Syria opposition must learn from Libya's council
The one lesson that Syrians must learn from Libya is this: set up a truly representative national council. The Libyan Transitional Council was formed on February 27, only 12 days after Colonel Muammar Qaddafi declared a war against his own people. Libya's council, headed by an honest politician, Mustafa Abdel Jalil, then began rigorous diplomatic efforts to gain international legitimacy, support and access to funds. The council has done a good job overall.
In Syria, more than five months after the uprising began, no such body has been established, despite the killing of over 2,000 people. And the lack of an organised and united opposition makes the future of Syria after President Bashar Al Assad, well, oblique.
A national council including credible dissidents would convince many Syrians who currently sit on the fence to side with the protesters. By discussing post-Assad Syria, a council could also encourage the international community to move more aggressively against the regime. Military intervention is both unlikely and undesirable, but there is more to be done with smart sanctions and pressure.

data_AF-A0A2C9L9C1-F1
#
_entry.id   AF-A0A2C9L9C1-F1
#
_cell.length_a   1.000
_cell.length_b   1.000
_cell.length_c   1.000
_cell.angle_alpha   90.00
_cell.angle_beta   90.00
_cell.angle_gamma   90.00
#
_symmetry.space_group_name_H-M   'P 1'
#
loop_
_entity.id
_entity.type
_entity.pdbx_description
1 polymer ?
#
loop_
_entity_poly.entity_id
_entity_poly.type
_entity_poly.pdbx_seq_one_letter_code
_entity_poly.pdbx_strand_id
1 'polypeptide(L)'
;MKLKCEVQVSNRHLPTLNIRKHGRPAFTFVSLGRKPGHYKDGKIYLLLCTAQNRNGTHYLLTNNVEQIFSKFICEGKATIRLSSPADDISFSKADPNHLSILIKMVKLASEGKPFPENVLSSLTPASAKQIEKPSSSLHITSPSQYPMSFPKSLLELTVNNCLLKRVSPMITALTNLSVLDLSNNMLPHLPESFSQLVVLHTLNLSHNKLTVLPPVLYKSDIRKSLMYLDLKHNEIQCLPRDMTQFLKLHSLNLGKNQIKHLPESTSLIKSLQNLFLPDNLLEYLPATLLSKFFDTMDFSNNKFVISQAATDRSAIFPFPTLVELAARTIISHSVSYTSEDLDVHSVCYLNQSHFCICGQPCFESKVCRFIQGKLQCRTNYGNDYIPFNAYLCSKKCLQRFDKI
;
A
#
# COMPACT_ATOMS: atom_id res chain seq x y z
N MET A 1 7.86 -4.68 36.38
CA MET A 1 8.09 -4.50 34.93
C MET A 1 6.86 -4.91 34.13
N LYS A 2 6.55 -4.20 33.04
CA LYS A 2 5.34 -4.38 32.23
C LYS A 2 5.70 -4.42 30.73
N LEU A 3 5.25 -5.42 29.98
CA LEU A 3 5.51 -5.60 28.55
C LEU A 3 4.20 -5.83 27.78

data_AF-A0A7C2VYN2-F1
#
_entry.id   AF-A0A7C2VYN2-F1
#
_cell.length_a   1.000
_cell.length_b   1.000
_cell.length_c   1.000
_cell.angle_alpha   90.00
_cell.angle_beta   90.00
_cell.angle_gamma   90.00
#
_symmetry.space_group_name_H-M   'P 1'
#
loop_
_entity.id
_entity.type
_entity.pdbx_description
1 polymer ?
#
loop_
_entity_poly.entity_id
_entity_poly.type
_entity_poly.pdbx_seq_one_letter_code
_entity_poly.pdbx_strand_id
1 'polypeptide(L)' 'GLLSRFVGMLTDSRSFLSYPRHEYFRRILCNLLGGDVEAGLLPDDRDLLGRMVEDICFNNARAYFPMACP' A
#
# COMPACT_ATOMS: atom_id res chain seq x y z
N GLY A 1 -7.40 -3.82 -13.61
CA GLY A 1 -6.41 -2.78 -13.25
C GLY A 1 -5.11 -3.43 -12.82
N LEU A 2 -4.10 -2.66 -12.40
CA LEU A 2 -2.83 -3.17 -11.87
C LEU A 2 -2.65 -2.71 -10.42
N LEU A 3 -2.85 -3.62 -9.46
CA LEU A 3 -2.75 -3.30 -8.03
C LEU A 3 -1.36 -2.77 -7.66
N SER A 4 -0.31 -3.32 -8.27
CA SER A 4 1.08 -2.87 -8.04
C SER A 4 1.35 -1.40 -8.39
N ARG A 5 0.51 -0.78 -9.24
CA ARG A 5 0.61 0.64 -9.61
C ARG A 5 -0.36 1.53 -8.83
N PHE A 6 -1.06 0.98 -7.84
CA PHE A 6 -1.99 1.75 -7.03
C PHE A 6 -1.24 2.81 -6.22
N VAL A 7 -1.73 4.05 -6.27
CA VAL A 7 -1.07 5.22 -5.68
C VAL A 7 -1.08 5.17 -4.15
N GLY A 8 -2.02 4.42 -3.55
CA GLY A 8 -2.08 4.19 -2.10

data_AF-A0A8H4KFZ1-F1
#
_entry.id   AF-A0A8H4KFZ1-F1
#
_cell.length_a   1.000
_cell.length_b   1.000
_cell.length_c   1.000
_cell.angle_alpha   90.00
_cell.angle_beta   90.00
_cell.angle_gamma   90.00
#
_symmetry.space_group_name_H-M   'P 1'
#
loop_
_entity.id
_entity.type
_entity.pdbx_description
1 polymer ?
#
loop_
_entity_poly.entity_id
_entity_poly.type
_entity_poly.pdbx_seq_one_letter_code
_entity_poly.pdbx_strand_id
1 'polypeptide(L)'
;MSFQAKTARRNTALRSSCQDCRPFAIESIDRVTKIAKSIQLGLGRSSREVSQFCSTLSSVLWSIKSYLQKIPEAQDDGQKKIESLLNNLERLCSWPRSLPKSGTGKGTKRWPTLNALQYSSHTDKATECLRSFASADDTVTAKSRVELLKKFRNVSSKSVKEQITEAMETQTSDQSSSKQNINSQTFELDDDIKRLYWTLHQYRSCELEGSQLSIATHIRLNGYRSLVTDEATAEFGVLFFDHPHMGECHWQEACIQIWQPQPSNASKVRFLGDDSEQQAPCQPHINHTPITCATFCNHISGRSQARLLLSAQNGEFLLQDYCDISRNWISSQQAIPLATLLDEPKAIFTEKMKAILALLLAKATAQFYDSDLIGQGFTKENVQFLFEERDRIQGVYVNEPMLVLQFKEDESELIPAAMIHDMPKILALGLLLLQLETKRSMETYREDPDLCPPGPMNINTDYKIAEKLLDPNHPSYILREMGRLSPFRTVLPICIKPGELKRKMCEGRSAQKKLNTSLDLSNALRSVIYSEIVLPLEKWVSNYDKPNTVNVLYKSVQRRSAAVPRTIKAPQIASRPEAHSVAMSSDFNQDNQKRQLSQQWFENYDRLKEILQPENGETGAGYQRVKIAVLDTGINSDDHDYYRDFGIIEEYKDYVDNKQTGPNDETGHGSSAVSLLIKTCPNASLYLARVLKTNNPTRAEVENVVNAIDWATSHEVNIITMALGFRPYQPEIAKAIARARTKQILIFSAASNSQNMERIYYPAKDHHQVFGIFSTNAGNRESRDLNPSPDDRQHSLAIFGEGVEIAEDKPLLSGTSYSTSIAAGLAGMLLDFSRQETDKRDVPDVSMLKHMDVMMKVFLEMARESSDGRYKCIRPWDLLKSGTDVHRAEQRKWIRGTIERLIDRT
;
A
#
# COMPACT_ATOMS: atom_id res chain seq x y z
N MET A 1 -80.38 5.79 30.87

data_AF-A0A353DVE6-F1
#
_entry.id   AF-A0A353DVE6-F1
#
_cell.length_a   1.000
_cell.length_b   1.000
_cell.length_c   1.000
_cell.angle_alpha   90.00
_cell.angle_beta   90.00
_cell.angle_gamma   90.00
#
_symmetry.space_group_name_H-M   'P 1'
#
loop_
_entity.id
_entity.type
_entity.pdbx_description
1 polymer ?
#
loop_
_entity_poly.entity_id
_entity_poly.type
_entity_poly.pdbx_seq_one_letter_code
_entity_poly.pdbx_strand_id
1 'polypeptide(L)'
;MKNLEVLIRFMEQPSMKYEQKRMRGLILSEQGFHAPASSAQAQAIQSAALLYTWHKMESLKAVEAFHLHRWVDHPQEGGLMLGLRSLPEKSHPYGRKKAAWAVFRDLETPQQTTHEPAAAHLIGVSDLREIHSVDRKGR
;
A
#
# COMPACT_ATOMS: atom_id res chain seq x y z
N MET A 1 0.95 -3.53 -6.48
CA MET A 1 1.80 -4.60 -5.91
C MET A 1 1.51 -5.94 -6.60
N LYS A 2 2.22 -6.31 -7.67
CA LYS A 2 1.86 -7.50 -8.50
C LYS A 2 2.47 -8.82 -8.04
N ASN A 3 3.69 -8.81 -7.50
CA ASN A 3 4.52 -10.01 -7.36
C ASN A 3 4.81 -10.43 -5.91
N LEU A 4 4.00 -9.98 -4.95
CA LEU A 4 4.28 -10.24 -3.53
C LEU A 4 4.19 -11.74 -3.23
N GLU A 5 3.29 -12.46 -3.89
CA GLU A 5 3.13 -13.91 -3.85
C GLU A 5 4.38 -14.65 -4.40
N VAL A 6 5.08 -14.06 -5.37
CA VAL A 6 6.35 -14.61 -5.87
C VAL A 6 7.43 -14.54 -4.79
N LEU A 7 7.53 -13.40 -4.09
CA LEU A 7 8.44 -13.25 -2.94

In fairness, the opposition has little political or diplomatic experience, after decades of suppression. But although delay means more bloodshed, opposition figures are still disagreeing on lesser issues than the continuing killings. Some even pulled out of talks about starting a national council. If such discord continues, some in the opposition will bear some of the blame for a lack of success.
Yesterday, the UN Human Rights Council ordered a probe into the Syrian regime's treatment of protesters. International organisations have documented rights violations that may amount to crimes against humanity. As Syria is not a signatory to the International Criminal Court (ICC), prosecutors could not open a probe without an order from the Human Rights Council.
This is a very significant step, and the opposition should build on it to apply more pressure against the regime through international diplomacy but more importantly by providing a clear-cut vision for the future, to win more support from Syria's silent majority.
The heaviest blow to Mr Al Assad is an alternative to his rule. Only then will his regime surely crumble.
Updated: August 24, 2011 04:00 AM